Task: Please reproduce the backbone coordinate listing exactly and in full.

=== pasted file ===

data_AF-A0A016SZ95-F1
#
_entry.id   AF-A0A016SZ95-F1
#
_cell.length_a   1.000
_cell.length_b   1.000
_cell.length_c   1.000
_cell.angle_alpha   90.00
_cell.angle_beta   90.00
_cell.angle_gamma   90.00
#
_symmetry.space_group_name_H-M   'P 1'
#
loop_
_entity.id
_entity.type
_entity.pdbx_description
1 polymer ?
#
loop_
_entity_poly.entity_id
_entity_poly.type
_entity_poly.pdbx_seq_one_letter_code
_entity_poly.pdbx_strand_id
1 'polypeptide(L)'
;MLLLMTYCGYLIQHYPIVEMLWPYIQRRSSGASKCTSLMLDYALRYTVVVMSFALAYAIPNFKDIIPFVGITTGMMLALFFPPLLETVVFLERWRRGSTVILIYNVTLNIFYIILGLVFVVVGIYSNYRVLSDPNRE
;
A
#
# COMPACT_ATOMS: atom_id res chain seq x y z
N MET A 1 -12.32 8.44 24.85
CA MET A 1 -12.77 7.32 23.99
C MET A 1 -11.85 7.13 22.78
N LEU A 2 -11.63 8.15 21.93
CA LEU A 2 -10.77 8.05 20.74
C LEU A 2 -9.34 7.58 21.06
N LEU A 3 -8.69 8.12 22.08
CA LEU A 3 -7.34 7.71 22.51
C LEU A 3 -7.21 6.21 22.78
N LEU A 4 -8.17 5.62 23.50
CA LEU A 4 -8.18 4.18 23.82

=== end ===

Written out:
data_AF-A0A016SZ95-F1
#
_entry.id   AF-A0A016SZ95-F1
#
_cell.length_a   1.000
_cell.length_b   1.000
_cell.length_c   1.000
_cell.angle_alpha   90.00
_cell.angle_beta   90.00
_cell.angle_gamma   90.00
#
_symmetry.space_group_name_H-M   'P 1'
#
loop_
_entity.id
_entity.type
_entity.pdbx_description
1 polymer ?
#
loop_
_entity_poly.entity_id
_entity_poly.type
_entity_poly.pdbx_seq_one_letter_code
_entity_poly.pdbx_strand_id
1 'polypeptide(L)'
;MLLLMTYCGYLIQHYPIVEMLWPYIQRRSSGASKCTSLMLDYALRYTVVVMSFALAYAIPNFKDIIPFVGITTGMMLALFFPPLLETVVFLERWRRGSTVILIYNVTLNIFYIILGLVFVVVGIYSNYRVLSDPNRE
;
A
#
# COMPACT_ATOMS: atom_id res chain seq x y z
N MET A 1 -12.32 8.44 24.85
CA MET A 1 -12.77 7.32 23.99
C MET A 1 -11.85 7.13 22.78
N LEU A 2 -11.63 8.15 21.93
CA LEU A 2 -10.77 8.05 20.74
C LEU A 2 -9.34 7.58 21.06
N LEU A 3 -8.69 8.12 22.08
CA LEU A 3 -7.34 7.71 22.51
C LEU A 3 -7.21 6.21 22.78
N LEU A 4 -8.17 5.62 23.50
CA LEU A 4 -8.18 4.18 23.82